COVID-19: Getting the Job Done, Working from Home

Due to the COVID-19 outbreak, our firm had enforced Working from Home. As the experience is new to many of us, our own Kenawak Tadele has noted tips that has helped him stay productive. 

The COVID-19 outbreak presents the opportunity to experiment on what working from home looks like. I believe the experience one gets, from this endeavour, is significantly subjective as it hinges on the preferences, behaviours, and environment of the subject. (1) Preferences because some people might lean towards the traditional business atmosphere to sustain their productivity, while others might still favour working from home for different reasons such as reduction of the hustle and inconvenience one goes through every day to commute to the office. (2) Behaviours because some are easily distracted by noises and diversions, as a result, lack the focus they usually have in abundance in office settings. (3) The environment is also important for those from large families, and the presence of parents, siblings, and kids might have the urgency and seriousness of being in office settings. That being said, here are the key takeaways from my endeavours to do my tasks from the comforts of my home for the past month.  

How we spend our mornings determine the day: Now that waking up early in the morning to line up at the taxi queues to make it on time to your office is exempted, sleeping over and waking up late becomes tempting. As comfortable as that is, it's also potentially detrimental to our effectiveness once we start working. This is probably because by waking up late, our mind has considered the day as a day of rest rather than a normal business day, and lethargy gets hold. We can start the day right by waking up before everyone else (at least keep the normal 'wake-up' time) and creating routines. For instance, to fill the time between waking up and starting work, I clean my room, go for a run, take a shower, and eat breakfast with the rest of the family. By then, my mind and body are awake and active to tackle the challenges of the day. Now for the actual work, here are the few steps that have helped me be more effective.

Plan, Plan, Plan, and Plan: Planning is something that can never be overstated. The first activity should be arranging a working space. Make sure whatever is needed for the day, things such as stationery and snacks, are readily available. Having done that, continue by taking five to ten minutes to schedule the day whichever way is comfortable and familiar. Some people prepare comprehensive to-do-lists outlining the specific activities that need to get done. What I do, instead of overwhelming myself with a list of ten to eleven specific activities that I probably won’t complete, is choose one specific assignment that I dedicate myself to and complete by the rest of the day. That activity becomes the highlight of the day, and its completion gives me a feeling of success that in turn grows my appetite for work the next day. Another thing to consider while planning is new and urgent activities that might be delegated to us by our managers that might disrupt our schedules. So, it is important to explain to our superiors our working pattern and also be flexible to incorporate these activities into our plans.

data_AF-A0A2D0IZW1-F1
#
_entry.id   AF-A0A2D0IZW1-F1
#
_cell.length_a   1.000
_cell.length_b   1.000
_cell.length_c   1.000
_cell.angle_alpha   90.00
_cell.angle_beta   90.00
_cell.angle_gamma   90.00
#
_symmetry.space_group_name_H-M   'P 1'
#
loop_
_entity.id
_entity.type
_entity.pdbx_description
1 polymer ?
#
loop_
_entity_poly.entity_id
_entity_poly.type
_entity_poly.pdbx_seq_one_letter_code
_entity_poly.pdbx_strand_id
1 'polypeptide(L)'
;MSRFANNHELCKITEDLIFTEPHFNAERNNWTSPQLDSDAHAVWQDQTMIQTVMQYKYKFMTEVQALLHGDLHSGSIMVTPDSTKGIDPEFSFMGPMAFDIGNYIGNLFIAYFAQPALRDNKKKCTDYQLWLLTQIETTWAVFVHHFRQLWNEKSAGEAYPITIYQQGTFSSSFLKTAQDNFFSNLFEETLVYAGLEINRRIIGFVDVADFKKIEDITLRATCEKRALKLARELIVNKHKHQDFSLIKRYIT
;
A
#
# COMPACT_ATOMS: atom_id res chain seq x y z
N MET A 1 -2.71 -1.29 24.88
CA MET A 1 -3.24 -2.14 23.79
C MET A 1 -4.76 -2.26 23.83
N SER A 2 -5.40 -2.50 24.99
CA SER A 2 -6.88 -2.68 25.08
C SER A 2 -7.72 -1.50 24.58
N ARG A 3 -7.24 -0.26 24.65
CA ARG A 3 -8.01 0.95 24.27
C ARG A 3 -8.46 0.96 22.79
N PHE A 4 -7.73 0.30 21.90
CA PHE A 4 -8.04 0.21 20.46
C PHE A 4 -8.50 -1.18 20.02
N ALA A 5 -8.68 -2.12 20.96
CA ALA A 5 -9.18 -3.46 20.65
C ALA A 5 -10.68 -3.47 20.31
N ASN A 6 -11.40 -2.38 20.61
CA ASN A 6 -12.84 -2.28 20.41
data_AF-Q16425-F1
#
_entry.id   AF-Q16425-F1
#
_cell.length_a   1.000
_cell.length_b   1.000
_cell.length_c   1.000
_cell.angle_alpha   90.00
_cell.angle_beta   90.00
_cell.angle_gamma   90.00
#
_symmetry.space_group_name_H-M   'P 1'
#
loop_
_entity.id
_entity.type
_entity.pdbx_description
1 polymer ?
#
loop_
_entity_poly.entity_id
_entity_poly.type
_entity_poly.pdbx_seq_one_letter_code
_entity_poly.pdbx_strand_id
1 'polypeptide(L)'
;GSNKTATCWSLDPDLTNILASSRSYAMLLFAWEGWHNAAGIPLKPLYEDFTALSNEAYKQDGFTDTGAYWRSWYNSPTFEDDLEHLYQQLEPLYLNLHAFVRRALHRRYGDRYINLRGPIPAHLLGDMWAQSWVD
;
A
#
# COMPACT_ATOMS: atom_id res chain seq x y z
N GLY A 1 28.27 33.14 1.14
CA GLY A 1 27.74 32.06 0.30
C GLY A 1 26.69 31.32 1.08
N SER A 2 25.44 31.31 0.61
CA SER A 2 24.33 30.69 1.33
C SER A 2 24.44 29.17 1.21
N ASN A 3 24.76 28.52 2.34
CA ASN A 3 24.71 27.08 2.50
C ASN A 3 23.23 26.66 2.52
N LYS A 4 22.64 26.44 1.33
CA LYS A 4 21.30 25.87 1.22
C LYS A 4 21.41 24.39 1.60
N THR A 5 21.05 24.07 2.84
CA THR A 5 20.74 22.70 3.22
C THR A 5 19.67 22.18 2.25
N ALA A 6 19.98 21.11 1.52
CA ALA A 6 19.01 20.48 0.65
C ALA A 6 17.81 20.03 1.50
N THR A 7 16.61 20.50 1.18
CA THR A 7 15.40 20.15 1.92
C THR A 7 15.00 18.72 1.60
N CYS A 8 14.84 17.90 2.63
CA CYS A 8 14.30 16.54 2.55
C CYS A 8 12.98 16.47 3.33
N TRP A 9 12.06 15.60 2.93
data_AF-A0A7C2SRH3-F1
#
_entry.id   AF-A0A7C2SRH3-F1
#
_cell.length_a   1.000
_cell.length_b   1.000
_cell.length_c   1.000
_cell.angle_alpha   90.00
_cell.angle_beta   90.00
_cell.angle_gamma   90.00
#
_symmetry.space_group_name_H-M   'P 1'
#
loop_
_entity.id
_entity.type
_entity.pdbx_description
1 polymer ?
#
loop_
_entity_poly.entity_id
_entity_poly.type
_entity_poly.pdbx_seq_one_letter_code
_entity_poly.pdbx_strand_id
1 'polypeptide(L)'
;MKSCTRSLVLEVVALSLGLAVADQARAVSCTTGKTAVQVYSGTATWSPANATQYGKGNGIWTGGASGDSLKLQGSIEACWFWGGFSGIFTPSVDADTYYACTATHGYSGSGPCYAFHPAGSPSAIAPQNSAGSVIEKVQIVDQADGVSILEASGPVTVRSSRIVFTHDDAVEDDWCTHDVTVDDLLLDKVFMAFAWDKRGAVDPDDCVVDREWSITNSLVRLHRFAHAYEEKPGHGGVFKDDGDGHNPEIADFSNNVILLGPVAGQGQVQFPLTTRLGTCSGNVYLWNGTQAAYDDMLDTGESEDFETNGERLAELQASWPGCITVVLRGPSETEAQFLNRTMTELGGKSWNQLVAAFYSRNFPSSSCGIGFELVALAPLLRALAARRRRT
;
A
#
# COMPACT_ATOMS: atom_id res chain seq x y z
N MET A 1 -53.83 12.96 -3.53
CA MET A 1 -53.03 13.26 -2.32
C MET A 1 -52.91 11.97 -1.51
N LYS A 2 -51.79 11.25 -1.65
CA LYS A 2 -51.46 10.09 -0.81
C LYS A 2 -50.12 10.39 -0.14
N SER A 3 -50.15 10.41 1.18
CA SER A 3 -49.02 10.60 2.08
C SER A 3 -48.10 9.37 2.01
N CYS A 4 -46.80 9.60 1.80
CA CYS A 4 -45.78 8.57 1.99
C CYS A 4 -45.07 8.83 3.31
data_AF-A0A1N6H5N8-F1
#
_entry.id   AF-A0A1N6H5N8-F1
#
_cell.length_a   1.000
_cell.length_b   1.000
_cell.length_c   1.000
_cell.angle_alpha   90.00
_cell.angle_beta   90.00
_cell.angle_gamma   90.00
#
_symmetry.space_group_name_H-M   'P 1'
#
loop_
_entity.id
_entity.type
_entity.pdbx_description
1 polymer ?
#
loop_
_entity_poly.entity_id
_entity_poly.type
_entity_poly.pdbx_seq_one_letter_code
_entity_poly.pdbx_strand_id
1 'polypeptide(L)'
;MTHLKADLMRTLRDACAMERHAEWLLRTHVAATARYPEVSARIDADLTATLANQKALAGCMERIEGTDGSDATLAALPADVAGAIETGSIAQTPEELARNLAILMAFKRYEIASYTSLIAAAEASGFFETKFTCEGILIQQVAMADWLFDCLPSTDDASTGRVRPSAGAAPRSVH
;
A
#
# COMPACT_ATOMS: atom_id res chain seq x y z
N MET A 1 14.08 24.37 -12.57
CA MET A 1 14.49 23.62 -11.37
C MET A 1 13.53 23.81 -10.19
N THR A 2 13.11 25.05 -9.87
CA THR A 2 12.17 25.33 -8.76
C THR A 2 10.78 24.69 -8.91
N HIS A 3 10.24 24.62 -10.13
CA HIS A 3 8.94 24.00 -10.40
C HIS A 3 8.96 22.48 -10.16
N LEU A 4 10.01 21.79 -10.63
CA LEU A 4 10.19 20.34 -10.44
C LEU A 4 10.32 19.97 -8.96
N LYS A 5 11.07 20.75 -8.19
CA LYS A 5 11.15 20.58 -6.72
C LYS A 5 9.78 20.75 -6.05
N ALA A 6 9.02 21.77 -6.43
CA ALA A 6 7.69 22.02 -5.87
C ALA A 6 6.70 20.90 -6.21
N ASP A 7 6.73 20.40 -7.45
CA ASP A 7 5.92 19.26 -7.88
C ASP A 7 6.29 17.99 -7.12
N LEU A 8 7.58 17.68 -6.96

Tell your family you're working, working. For real! If there are other members of the family who, like you, are also working from home and are on break, it might be hard for you to focus. Worse, if they are not taking you seriously.  As a result, you might be ordered to run errands or fix things. They might ask you to join them in whatever it is they're doing other activities such as taking part in their conversations and watching movies. Considering how these activities might affect your work, you need to set the record straight and show them how the office has come home. 

Take breaks: As important as the above takeaways are, it's also equally important not to overstress your mind and body. Set a few minutes off during the day to take your mind off of work and recharge your batteries and sharpen your mind. That allows you not to be bored and get tired of your work. Also, make sure you don't get carried away and forget delivering on your to-do list. 

Charge your electronic devices ahead of the day: In Ethiopia, you cannot overstate the capriciousness of the availability of electricity during the day. Most of the time, either electric power is not there when you wake up in the morning or it blacks-out sometime during the day. And that interferes with your daily plan as, unlike at the office, you probably don't have a back-up generator at home. I always make sure to charge my phone, power bank and laptop before I go to bed. If the power is out the next day, the stored battery will allow me to at least finish urgent assignments. 

Working from home is not complicated and even if you are not used to doing it in the early days, it's something that can grow on you. As the COVID-19 threat is potentially not extinguished any time soon, we can get better at working from home by recording our experiences and learning from what is working and is not.